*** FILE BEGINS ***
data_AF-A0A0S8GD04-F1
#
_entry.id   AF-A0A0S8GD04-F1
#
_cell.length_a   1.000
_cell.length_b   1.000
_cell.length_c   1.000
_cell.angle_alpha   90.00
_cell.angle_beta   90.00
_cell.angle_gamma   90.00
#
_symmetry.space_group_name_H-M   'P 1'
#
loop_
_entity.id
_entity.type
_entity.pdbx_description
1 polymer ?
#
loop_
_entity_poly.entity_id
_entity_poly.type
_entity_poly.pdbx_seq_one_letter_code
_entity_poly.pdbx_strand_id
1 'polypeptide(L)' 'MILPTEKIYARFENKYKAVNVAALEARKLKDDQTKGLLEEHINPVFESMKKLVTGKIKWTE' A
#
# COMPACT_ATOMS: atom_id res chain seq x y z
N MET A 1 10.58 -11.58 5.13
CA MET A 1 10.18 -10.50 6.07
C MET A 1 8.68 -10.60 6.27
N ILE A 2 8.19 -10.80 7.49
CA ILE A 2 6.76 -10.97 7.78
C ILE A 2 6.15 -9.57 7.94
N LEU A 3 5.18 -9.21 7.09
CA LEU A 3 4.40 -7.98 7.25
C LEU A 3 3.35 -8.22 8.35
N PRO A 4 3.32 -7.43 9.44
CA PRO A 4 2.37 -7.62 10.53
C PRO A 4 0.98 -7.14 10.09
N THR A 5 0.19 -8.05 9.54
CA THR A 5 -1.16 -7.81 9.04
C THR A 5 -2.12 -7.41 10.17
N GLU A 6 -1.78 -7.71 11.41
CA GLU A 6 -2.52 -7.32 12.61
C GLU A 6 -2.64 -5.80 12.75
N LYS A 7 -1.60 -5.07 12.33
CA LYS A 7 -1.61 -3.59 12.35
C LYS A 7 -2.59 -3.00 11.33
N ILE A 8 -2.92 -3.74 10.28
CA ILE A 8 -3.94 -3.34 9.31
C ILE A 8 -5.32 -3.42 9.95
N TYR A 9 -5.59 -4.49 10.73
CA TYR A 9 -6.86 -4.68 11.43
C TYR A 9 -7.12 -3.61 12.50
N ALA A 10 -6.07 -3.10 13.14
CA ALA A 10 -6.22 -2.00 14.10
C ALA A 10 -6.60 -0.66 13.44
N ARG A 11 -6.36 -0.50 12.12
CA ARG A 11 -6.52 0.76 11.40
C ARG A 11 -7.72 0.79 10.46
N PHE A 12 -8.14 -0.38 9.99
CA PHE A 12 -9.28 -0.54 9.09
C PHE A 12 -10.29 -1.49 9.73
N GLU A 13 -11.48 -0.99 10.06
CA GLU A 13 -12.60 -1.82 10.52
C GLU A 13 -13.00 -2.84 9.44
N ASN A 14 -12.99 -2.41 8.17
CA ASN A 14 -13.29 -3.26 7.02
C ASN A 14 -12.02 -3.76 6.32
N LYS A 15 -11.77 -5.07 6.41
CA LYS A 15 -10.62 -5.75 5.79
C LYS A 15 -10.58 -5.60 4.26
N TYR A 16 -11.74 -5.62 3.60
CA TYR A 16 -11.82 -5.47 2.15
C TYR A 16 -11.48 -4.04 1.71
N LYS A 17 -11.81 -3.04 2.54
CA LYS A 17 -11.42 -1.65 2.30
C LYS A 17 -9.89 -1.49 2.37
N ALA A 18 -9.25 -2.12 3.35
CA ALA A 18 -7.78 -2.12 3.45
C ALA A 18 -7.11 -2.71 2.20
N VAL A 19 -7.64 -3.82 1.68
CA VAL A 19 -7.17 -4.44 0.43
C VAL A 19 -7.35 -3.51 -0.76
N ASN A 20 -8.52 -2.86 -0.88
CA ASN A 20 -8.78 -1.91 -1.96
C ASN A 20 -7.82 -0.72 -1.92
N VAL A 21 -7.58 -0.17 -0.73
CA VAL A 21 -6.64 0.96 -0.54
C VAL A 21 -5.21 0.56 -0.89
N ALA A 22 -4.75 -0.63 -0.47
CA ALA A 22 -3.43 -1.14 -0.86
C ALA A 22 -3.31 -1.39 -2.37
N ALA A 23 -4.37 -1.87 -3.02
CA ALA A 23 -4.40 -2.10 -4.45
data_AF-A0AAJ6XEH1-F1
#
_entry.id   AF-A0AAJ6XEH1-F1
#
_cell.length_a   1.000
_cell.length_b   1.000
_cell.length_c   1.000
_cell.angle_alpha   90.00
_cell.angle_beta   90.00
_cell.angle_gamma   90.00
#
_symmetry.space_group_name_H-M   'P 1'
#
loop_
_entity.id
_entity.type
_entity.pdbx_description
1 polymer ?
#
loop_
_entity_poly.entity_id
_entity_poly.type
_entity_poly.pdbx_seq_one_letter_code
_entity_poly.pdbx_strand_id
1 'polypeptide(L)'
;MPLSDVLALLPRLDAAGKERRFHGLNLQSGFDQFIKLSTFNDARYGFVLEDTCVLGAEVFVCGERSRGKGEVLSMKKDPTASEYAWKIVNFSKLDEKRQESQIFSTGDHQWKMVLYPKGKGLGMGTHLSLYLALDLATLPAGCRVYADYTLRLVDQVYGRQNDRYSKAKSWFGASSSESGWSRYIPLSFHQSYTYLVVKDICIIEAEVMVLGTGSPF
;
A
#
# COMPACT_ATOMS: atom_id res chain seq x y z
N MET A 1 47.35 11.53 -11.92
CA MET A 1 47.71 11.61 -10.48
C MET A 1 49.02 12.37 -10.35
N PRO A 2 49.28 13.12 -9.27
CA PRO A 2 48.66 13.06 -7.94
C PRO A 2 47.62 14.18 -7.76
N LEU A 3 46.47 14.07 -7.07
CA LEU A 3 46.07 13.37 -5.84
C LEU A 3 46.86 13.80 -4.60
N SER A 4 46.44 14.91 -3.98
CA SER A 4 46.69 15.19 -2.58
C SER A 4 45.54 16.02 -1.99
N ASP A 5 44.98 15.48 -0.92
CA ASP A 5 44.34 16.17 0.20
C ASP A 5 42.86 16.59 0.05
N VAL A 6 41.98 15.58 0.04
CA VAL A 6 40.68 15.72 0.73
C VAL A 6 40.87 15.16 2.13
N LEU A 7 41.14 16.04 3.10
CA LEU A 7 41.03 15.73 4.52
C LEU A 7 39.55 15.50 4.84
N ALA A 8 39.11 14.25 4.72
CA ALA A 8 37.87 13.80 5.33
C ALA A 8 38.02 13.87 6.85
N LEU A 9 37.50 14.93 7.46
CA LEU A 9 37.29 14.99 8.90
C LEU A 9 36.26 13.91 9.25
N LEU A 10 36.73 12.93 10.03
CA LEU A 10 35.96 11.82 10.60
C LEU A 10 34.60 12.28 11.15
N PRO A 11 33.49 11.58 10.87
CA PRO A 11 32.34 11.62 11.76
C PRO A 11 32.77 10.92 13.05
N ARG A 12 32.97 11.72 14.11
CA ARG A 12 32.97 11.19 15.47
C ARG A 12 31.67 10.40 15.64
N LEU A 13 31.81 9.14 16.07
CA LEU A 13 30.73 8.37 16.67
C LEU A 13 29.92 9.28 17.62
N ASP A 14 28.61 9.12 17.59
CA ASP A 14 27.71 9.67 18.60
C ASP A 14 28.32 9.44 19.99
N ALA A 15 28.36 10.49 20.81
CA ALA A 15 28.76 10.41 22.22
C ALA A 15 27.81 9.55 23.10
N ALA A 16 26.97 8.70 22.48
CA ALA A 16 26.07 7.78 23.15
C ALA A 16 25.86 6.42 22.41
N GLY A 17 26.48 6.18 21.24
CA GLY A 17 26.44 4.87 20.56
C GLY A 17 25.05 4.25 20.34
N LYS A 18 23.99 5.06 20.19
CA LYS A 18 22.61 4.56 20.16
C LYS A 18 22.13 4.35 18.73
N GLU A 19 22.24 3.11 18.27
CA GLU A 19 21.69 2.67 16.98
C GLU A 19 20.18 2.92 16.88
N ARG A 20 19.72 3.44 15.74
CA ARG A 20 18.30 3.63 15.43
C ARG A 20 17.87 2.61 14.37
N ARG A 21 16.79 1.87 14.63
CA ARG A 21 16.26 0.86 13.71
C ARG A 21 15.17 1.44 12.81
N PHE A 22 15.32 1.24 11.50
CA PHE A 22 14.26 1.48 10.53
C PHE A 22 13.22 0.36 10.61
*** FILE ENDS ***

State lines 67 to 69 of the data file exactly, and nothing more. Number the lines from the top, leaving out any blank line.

N ASN A 14 -12.99 -2.41 8.17
CA ASN A 14 -13.29 -3.26 7.02
C ASN A 14 -12.02 -3.76 6.32